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Traveling in distant lands

Pastor Darrell Sutton of King of Kings Christian Fellowship stands with members of an underground home church in Kazakhstan. 

Submitted by Pastor Darrell Sutton, King of Kings Christian Fellowship

Over 30 years ago, I lived in Istanbul, Turkey while working as a diplomat for the American consulate. I became a student of the Ottoman Empire. Travels to every corner of the country, the study of Turkish and a greater acquaintance with Turkic nationals led to my continuous labors in that area of the world over the last several decades. 

Recently, I made another trip to a Central Asia, to the former United Soviet Socialist Republic of Kazakhstan. The visit entailed interviews, speaking engagements in various settings and private instruction on Christian and Islamic issues that I offered to parties in need of it. 

Kazakhstan contains the largest land mass of any country in the region. Genghis Khan (1162-1227) is still revered there. The Mongol conquests he initiated are famous. When he died, Kazakhstan was divided between his three elder sons. 

These localities are mostly inaccessible and mysterious. Horse is a delicacy there and remains a mainstay in their daily diet through a much-devoured dish named Bishbarmak. Along with camel, it is a meal served for festive occasions. 

Adjacent to the Siberian plains, Kazakhstan shares a 4,700-mile border with Russia. It is a known fact that climates help form peoples’ cultures, so the colder snow-topped mountainous districts of the lands of the Kazakh peoples are legendary. Their winters are desperately cold. Originally, the area was utilized for exiles who fell into disfavor with the Russian government. Families  whose opposition to Soviet ideals became a matter of public notice found themselves quickly and secretly expatriated to faraway districts among the Kazakh peoples.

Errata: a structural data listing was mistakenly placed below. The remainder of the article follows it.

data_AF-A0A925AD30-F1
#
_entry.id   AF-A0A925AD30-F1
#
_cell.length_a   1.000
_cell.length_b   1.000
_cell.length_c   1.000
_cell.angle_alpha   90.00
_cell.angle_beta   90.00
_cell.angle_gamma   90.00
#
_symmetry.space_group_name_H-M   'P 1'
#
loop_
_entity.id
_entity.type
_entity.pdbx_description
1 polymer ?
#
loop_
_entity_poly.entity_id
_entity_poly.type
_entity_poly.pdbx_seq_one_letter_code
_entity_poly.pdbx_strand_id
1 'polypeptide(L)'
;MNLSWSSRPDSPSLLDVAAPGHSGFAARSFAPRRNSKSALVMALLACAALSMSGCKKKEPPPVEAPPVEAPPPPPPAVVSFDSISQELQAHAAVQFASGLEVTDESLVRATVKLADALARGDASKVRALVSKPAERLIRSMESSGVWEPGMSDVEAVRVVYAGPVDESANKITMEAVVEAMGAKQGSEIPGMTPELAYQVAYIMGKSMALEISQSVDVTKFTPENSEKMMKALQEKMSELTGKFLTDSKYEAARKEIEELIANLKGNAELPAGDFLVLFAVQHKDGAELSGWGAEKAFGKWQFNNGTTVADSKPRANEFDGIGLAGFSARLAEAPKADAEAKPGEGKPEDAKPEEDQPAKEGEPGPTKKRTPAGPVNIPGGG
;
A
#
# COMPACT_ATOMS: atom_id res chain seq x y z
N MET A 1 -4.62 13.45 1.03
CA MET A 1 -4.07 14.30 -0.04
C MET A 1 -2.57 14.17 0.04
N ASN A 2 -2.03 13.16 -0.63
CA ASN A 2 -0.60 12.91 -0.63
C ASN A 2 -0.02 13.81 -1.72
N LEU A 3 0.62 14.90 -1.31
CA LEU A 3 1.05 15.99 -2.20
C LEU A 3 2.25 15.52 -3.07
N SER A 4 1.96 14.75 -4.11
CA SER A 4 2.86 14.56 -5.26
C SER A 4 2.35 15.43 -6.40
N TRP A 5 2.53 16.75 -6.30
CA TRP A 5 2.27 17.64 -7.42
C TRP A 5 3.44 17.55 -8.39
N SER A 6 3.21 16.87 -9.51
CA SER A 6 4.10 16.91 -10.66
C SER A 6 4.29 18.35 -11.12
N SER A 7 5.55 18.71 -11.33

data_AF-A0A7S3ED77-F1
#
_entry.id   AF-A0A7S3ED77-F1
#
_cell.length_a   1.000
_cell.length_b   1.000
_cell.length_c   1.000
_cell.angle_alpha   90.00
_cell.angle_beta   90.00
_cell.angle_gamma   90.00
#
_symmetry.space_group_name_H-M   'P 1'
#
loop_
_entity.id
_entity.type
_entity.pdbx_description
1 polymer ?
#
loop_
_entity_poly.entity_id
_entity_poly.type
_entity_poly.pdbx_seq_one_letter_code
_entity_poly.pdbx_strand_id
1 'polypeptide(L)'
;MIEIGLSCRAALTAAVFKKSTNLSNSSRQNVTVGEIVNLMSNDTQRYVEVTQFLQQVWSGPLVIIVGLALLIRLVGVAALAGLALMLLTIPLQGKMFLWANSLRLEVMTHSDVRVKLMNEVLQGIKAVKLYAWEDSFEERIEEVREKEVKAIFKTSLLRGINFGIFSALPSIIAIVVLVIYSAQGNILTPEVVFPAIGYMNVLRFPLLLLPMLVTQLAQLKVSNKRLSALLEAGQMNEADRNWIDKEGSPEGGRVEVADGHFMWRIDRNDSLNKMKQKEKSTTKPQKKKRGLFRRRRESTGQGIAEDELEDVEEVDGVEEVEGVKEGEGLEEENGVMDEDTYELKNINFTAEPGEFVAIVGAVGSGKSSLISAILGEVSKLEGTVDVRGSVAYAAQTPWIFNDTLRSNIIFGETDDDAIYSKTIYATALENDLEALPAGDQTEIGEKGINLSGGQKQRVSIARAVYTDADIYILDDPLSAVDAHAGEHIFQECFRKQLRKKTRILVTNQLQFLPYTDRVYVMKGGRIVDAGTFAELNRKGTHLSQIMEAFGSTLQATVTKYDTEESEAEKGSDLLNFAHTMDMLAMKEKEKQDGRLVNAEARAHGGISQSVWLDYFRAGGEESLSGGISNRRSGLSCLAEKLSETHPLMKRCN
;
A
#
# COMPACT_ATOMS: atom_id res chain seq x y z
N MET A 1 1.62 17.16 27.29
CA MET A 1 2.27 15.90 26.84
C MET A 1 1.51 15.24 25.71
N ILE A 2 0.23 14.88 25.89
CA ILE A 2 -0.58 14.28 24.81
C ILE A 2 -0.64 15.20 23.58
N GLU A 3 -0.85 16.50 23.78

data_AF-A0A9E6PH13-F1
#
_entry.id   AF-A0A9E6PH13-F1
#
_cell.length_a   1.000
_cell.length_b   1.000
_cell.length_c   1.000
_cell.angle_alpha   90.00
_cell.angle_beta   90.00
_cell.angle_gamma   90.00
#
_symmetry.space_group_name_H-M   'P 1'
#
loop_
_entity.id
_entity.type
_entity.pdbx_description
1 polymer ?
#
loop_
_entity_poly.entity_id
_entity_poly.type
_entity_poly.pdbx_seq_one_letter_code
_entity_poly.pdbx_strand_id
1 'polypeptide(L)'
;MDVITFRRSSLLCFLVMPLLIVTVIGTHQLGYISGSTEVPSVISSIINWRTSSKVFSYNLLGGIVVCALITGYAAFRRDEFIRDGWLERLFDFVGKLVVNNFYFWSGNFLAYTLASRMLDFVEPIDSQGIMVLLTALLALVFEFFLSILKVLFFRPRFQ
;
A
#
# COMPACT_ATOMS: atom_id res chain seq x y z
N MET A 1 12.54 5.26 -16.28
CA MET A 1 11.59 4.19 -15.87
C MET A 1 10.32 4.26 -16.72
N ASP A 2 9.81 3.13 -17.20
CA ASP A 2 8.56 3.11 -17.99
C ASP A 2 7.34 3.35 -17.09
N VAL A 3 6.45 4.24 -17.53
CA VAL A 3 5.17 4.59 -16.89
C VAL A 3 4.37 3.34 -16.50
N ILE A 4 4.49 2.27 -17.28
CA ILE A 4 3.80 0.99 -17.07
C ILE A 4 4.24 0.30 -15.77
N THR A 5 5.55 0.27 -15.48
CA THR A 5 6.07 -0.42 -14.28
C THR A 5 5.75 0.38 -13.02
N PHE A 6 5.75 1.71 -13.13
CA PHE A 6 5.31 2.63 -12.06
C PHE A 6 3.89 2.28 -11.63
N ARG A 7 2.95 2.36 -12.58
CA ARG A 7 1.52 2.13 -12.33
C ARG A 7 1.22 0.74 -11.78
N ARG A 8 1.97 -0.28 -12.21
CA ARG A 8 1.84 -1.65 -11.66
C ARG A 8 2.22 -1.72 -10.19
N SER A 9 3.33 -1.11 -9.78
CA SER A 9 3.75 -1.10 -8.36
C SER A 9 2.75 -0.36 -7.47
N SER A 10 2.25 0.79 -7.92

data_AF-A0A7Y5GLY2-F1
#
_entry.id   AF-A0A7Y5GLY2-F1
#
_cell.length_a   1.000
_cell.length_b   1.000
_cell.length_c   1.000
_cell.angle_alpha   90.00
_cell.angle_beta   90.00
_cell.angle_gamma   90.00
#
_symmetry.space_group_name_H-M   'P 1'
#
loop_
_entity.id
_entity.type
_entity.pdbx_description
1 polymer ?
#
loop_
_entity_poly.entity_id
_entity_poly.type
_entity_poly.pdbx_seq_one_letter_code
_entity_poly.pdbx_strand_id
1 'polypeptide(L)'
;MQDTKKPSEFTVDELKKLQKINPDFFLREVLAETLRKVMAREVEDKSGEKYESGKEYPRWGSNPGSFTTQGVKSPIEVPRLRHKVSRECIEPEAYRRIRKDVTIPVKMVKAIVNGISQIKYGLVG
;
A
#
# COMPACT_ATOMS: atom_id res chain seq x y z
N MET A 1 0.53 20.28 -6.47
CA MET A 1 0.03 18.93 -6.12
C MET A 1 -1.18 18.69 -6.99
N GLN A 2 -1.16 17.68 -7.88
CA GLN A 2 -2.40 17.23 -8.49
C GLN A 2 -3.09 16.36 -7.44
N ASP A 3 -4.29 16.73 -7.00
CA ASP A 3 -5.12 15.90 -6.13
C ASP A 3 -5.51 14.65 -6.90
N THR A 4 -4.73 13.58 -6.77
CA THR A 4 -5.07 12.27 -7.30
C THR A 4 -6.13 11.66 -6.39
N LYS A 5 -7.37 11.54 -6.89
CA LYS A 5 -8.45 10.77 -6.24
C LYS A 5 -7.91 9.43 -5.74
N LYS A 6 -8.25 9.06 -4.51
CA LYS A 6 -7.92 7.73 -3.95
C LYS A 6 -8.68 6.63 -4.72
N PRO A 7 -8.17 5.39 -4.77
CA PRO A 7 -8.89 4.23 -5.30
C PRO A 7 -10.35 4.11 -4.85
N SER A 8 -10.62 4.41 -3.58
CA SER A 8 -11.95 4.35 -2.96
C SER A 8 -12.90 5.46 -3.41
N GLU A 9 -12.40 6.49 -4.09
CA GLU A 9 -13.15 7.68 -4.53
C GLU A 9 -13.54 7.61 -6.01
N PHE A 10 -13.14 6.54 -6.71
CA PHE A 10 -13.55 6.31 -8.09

After decades of such treatment, many persons never made it back to the provinces of Russia proper, but they married native residents and remained in the area.   

The larger cities are advanced. Many of the conveniences one might find in Lincoln or Omaha are there in the capitol city of Astana. Almaty, the former capitol, being a larger municipality, has four million people within it and over 130 nationalities. Everyone knows the Russian language. There is a 100 percent literacy rate. Kazakh now is being taught in schools along with Russian since the country’s most recent name change requires such instruction for all citizens. 

More than 450 nuclear tests have been conducted there since World War II, and the world’s largest space launch facility is there at Baikonur. The fall of the U.S.S.R. led to the collapse of many peoples beliefs in communism. The majority of the population always had been Sunni Muslim, as is the rest of Central Asia. In the last 20 years, a revival of Islamic fervor has bourgeoned.  

Historically nomadic, their culinary traditions may not be to the liking of most westerners. 

For example, I ate some tasty dishes of spiced horse meat and barbecue sheep. Camel’s milk, with its buttermilk rich taste, was served after many evening meals. Green tea, fresh breads with yogurt and rice dishes with carrots are common. 

Horse meat in summer sausage form is often served at breakfast with different kinds of cheeses. Chicken is not so popular. I was told on more than one occasion that chicken is not meat and also not a bird. 

Bakhlava is a celebrated Tur KAZAkic dessert. And homemade Kazakh toffee can be a mixture of dark and milk chocolate. Family units are tightly controlled. The oldest male and females in a family, by tradition, are supposed to give their oldest child to one set of grandparents to be raised by them. 

This ensures that the older parents have help as the elderly years approach, and it provides opportunity for the grandparents to instill their wisdom in the succeeding generations.    

The country sides are beautiful. Burger King, Starbucks, Pizza Hut and other American enterprises are in the country. American and German automobiles dot the roads. Tourists are hardly seen. 

Go ye into all the world…